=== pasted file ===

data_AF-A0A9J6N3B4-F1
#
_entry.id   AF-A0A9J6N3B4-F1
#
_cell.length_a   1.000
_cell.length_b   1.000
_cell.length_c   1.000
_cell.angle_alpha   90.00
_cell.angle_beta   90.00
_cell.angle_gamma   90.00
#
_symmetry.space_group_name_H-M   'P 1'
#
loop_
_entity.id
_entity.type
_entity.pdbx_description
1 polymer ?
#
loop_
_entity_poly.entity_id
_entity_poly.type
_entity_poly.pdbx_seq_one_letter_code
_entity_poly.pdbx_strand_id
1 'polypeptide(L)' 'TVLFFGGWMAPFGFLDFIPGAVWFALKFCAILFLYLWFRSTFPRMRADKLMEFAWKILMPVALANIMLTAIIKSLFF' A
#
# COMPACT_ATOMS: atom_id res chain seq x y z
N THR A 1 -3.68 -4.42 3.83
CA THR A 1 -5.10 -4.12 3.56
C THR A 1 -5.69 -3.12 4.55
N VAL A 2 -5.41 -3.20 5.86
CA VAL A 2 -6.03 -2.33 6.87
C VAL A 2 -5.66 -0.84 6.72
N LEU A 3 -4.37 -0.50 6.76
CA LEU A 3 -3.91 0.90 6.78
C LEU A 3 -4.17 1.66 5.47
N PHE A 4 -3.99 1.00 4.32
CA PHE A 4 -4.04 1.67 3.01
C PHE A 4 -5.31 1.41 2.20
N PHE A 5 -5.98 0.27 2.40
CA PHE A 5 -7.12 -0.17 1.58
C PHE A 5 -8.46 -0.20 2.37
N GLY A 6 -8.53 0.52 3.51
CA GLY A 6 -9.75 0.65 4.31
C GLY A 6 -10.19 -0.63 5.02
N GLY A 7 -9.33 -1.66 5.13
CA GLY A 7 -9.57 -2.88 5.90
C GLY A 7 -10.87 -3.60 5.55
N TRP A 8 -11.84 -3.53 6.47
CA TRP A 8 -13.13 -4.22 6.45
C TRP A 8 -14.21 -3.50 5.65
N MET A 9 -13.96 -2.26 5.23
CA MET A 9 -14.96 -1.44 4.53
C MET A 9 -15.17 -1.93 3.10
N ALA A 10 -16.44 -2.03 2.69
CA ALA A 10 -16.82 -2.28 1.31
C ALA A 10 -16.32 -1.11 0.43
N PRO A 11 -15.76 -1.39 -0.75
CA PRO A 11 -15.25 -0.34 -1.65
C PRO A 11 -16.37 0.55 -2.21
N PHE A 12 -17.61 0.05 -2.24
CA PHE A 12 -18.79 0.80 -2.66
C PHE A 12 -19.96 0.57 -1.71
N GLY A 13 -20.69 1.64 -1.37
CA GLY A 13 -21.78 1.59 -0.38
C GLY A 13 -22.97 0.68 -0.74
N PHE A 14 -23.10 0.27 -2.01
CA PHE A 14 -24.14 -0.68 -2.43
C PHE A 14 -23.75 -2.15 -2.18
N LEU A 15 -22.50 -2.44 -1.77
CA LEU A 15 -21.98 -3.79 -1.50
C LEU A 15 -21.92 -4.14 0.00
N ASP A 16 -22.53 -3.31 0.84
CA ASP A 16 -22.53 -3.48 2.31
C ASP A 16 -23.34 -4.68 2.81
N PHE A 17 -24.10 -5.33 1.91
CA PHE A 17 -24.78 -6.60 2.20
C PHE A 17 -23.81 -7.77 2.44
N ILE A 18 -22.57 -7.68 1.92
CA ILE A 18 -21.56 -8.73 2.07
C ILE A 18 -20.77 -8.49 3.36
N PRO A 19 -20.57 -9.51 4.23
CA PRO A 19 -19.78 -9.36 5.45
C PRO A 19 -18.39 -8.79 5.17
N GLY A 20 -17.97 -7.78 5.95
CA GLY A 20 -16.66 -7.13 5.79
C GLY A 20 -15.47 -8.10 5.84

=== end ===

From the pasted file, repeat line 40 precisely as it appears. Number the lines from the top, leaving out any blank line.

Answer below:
N PHE A 5 -5.98 0.27 2.40